Gilmer County, Georgia
|Named for||George Rockingham Gilmer|
|• Total||431 sq mi (1,120 km2)|
|• Land||427 sq mi (1,110 km2)|
|• Water||4.7 sq mi (12 km2) 1.1%%|
| • Estimate |
|• Density||66/sq mi (25/km2)|
|Time zone||UTC−5 (Eastern)|
|• Summer (DST)||UTC−4 (EDT)|
Gilmer County is a county located in the north central portion of the U.S. state of Georgia. As of the 2010 census, the population was 28,292. The county seat is Ellijay. It was based on a historic Cherokee town also spelled as Elejoy in the eighteenth century. The county was created on December 3, 1832 and was named for George Rockingham Gilmer, a politician who served two non-consecutive terms as governor of the state. Gilmer County is home of the annual Apple Festival, which is held in mid-October. Ninety percent of the land is in cropland and forest. Poultry raising and processing makes up the largest portion of the agricultural economy, which generates 33.2% of the total revenues. Manufacturing is about 20%.
This was long occupied by cultures of indigenous peoples. It was part of the homeland of the Cherokee. They had a village, Elatseyi, meaning "new ground". Other sources say it means "green place". It was sometimes spelled "Elejoy" on 18th century colonial maps. It was located at the confluence of the Ellijay and Cartecay rivers, which create the Coosawattee River. The later European-American town of Ellijay developed at this site.
In 1832, Gilmer County was organized as Georgia started to encroach on Cherokee territory. Ellijay was designated as the county seat in 1834.
This is still a primarily rural county, with agriculture and forests supporting the economy. It also has a growing tourist sector, some based on whitewater kayaking and canoeing on the rivers in the area.
Farming is still important, although, by 2002, the amount of land in the county devoted to agriculture had declined to 24.7 thousand acres. Most farms are sized at 10-49 acres, or 50-179 acres. Poultry raising and processing make up the largest portion of the agricultural economy. Agriculture and directly related businesses, such as landscape services, generate $565.1 million, or 33.2% of the county's economic output. Manufacturing generates $351.4 million, or 20.6%.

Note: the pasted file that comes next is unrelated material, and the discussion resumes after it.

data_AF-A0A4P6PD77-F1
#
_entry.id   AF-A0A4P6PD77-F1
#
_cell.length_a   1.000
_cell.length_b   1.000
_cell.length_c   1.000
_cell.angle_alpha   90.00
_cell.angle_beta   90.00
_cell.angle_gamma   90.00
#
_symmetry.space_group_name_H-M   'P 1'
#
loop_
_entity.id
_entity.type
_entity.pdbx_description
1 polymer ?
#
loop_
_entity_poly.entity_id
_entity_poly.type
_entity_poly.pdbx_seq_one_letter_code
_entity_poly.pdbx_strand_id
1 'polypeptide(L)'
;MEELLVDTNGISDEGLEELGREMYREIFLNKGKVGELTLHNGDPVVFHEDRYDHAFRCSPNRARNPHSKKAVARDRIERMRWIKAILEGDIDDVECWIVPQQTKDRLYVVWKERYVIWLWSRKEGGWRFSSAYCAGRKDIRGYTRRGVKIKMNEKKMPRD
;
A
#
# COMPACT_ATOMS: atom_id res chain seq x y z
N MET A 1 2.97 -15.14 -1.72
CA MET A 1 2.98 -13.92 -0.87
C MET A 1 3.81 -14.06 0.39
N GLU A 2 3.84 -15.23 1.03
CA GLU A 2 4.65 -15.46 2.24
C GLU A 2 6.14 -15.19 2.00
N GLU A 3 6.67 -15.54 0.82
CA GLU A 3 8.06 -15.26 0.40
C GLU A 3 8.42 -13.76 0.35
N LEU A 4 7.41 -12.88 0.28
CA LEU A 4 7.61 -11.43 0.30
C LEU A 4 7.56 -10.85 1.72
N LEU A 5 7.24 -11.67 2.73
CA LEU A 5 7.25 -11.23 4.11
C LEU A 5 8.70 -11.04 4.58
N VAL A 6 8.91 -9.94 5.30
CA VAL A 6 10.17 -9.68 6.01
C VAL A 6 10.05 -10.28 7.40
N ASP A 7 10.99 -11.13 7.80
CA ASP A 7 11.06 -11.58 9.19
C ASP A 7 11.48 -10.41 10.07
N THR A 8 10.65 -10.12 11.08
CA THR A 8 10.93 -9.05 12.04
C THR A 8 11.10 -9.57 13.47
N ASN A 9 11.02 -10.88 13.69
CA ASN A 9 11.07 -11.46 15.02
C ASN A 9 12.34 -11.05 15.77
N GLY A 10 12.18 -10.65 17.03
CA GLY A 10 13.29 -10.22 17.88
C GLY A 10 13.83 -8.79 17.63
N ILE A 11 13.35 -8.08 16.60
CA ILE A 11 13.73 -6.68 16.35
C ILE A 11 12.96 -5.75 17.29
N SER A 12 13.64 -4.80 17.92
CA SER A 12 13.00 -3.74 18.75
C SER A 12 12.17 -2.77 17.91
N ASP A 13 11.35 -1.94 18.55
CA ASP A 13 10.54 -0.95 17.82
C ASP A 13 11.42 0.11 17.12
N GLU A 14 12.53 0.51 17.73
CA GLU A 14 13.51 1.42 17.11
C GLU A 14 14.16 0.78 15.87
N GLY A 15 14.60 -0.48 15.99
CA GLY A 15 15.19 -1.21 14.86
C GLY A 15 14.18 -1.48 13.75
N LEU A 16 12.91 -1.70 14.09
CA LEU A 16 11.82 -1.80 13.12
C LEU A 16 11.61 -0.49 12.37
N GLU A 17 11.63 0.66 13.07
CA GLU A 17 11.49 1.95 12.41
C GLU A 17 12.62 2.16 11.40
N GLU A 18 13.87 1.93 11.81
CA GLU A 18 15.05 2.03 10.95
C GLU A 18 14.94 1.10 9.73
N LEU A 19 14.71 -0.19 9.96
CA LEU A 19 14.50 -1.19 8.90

According to the U.S. Census Bureau, the county has a total area of 431 square miles (1,120 km2), of which 427 square miles (1,110 km2) is land and 4.7 square miles (12 km2) (1.1%) is water. The county is located in the Blue Ridge Mountains.
The vast majority of Gilmer County is located in the Coosawattee River sub-basin in the ACT River Basin (Coosa-Tallapoosa River Basin). Three very small parts of the eastern and northern edges of the county are located in the Conasauga River sub-basin of the ACT River Basin, while slightly larger portions of the northern and eastern border areas of Gilmer County are located in the Ocoee River sub-basin of the Middle Tennessee-Hiwassee basin.
- Fannin County (north)
- Dawson County (southeast)
- Pickens County (south)
- Gordon County (southwest)
- Murray County (west)
National protected area
|U.S. Decennial Census|
As of the census of 2000, there were 23,456 people, 9,071 households, and 6,694 families living in the county. Estimates now put the population closer to 40,000 people. The population density was 55 people per square mile (21/km2). There were 11,924 housing units at an average density of 28 per square mile (11/km2). The racial makeup of the county was 93.63% White, 0.27% Black or African American, 0.46% Native American, 0.23% Asian, 0.26% Pacific Islander, 3.76% from other races, and 1.39% from two or more races. 7.74% of the population were Hispanic or Latino of any race.
There were 9,071 households, out of which 30.90% had children under the age of 18 living with them, 61.10% were married couples living together, 8.40% had a female householder with no husband present, and 26.20% were non-families. 22.20% of all households were made up of individuals, and 8.60% had someone living alone who was 65 years of age or older. The average household size was 2.57 and the average family size was 2.96.
In the county, the population was spread out, with 24.30% under the age of 18, 8.50% from 18 to 24, 28.50% from 25 to 44, 25.60% from 45 to 64, and 13.10% who were 65 years of age or older. The median age was 37 years. For every 100 females there were 103.00 males. For every 100 females age 18 and over, there were 101.30 males.